In the build up to the release of “Kill The Sun”, Cane Hill frontman Elijah Witt stated that “Jar of Flies” by Alice In Chains as well as R&B and Pop music were influences on the EP’s concept. The choice of Kris Crummett (DanceGavinDance, KnucklePuck, MaydayParade) rather than a more mainstream rock producer for the promise of an acoustic EP raised a few eyebrows but why not?
The EP starts with “86 – No Escort” which has some fuses together some programmed electronics with an atmospheric acoustic guitar riff that builds gradually through the track. Elijah Witt’s clean vocals shine which is clearly the intended outcome however the electronics and vocal repetition make the songs final out come sound more like a remix than a piece of new material. “Empty” sees the clean vocals get pushed that much further with some very effeminate melodic passages akin to something Deftones frontman Chino Moreno has brought to the table. The flamenco style acoustic guitar passage is outstanding. “Save Me” introduces piano arrangements in place of the electronics and builds on a 70s rock sound from acoustic guitars into controlled electric solo. It’s almost tribal drum closing is also a nice touch.
EP title track “Kill The Sun” continues the darker introspective lyrical content while including unexpected profanity for the first time. Overlaying a programmed drum loop with an acoustic guitar later and then a lead electric guitar layer should sound better than it does. It all ends up sounding a bit mechanical and like a remix rather than a song. That being said, once again the vocals shine. “Acid Rain” has a far more natural acoustic guitar feel that some of the material here and manages to reach the hoped for heights of the Alice In Chains stylings that are prominent within some of the bands core sound. The Industrial inspired final 80 seconds is a needless add on that could have been dropped in favour of a final verse chorus. “Smoking Man” picks up where the first half of “Acid Rain” left off with a decent acoustic guitar riff and a pace to it that give it a sense of urgency and grabs the attention. That then falls away mid-song to be replaced by a programmed beat underlaying the vocals and that then closes out on an electronic chaos.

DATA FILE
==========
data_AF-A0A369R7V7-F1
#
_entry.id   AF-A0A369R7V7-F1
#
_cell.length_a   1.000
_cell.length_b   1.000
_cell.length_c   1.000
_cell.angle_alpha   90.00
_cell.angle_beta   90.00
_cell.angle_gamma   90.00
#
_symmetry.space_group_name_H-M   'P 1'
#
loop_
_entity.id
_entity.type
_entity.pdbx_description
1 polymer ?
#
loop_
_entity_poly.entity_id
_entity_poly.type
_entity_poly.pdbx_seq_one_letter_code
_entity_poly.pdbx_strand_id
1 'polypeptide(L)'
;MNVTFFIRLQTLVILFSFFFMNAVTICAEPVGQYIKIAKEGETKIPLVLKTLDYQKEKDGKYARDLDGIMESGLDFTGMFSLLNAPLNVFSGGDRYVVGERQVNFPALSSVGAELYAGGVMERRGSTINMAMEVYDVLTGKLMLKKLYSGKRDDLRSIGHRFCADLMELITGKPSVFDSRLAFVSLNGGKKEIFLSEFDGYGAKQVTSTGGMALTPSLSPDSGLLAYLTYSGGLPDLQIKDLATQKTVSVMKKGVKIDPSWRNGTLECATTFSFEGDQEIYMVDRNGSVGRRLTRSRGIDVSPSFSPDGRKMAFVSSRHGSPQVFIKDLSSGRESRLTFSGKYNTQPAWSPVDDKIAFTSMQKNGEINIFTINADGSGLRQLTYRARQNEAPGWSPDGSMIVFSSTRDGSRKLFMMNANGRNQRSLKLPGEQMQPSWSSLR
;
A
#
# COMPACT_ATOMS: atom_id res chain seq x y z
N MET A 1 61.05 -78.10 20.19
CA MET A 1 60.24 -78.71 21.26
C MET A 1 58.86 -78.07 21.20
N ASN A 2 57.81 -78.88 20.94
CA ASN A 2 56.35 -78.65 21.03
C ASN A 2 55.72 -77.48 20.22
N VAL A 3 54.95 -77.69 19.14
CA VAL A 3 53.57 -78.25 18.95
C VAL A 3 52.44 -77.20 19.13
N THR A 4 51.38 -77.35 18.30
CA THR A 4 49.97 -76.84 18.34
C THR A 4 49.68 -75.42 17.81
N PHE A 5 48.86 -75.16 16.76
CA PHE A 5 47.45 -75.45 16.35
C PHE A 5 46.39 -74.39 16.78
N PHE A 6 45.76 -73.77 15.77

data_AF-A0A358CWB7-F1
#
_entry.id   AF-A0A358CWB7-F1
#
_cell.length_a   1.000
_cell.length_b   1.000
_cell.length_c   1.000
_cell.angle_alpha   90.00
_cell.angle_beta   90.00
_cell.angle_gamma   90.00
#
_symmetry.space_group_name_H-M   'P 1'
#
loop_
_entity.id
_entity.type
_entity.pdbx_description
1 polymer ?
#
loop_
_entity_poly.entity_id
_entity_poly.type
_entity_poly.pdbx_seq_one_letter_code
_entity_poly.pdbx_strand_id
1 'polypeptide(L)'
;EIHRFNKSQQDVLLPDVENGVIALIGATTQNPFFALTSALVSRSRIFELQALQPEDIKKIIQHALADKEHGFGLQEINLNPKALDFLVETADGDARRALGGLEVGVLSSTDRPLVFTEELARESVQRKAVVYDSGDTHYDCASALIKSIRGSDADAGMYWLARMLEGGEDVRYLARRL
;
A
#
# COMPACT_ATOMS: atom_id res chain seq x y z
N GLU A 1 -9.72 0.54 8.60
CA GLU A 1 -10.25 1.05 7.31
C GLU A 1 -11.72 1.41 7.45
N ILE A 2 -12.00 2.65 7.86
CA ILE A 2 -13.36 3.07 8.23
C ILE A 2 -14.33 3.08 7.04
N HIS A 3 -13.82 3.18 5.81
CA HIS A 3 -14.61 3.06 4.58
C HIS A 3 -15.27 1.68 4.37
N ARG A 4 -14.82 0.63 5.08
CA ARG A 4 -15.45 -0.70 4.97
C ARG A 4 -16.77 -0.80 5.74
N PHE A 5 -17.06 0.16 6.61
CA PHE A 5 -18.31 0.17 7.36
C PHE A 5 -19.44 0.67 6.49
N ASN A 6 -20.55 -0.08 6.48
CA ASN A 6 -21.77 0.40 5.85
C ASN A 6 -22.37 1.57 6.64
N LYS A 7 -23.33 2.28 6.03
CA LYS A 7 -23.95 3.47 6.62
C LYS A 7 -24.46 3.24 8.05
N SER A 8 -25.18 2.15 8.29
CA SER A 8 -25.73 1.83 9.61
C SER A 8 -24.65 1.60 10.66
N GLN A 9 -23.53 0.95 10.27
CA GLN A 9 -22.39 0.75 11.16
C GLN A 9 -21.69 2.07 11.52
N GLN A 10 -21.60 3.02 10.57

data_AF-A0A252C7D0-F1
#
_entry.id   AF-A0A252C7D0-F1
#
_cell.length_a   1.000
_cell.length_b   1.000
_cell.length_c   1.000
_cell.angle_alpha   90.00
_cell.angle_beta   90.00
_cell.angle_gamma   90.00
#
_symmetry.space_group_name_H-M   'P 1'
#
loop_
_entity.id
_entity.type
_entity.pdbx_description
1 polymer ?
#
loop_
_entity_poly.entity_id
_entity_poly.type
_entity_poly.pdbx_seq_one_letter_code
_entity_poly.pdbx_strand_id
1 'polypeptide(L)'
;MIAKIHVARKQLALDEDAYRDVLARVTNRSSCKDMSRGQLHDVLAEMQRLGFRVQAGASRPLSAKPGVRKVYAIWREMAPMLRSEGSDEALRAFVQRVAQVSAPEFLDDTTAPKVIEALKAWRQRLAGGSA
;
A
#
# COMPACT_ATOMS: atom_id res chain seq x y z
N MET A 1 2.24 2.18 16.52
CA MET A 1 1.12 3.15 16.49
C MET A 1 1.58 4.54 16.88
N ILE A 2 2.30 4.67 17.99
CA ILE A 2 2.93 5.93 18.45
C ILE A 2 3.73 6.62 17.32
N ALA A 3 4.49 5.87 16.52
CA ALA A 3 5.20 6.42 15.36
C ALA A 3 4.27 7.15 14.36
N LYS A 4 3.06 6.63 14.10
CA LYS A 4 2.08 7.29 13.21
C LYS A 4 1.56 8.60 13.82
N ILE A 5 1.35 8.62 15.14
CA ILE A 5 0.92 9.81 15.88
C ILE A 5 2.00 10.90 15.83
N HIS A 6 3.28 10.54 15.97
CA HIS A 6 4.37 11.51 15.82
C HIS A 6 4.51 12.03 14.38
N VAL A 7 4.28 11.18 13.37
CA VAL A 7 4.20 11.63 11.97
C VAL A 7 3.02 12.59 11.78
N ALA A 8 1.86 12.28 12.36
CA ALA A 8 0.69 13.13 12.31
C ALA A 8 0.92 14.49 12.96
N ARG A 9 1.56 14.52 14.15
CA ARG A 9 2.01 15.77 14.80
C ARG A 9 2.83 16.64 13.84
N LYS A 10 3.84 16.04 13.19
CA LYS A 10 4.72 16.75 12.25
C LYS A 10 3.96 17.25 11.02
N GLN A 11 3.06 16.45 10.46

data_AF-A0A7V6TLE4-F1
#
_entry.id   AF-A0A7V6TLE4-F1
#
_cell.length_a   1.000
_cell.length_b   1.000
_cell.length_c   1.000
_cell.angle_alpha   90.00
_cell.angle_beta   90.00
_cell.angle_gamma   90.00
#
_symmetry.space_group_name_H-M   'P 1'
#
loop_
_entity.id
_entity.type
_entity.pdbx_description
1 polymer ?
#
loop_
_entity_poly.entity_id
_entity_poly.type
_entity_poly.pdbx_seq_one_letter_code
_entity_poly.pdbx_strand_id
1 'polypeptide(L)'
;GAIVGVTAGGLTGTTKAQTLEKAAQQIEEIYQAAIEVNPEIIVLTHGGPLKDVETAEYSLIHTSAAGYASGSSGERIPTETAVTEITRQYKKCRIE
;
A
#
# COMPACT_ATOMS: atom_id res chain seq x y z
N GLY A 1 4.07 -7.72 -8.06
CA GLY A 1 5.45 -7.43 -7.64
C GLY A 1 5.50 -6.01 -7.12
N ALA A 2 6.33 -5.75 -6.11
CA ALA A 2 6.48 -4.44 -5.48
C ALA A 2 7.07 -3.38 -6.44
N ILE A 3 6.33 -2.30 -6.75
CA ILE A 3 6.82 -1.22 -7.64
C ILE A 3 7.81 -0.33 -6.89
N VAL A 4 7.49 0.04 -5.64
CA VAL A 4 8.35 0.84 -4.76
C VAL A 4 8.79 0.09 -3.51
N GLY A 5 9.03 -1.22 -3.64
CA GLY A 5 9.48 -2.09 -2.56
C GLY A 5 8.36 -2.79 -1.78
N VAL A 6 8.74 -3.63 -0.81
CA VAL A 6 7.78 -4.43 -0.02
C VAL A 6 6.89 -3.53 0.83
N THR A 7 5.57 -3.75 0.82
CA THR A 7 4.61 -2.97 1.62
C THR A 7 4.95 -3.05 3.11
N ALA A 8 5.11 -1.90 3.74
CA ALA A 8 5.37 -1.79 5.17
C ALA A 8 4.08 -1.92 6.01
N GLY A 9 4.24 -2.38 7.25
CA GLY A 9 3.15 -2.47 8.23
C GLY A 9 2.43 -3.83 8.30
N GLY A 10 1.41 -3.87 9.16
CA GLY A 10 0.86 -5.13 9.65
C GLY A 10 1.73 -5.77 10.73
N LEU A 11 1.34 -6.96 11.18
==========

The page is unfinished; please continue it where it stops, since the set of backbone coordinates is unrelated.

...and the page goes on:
On the programming side “Kill The Sun” builds off of “French 75” from Cane Hill’s self-titled debut released in 2015, while skillfully avoiding the rap vocals that did nothing for the band at all. The EP is full of ideas but if anything falls down because there is too much going on. Less could have been so much more. If the programming was dropped and the band just did a straight acoustic EP with perhaps the odd electric guitar lead part, that would be something worth more. Then if they wanted to do a remix EP then do that as a separate entity. Some of the tracks end up sounding like remixes rather than new material, the acoustic guitars sounding like programmed loops rather than anything else. On the other hand if you’re looking for a piece of chill out music then this works. It just feels like a compromise or a miss-step when Cane Hill have already put out a mixed bag in “Too Far Gone” and a live album [5/10]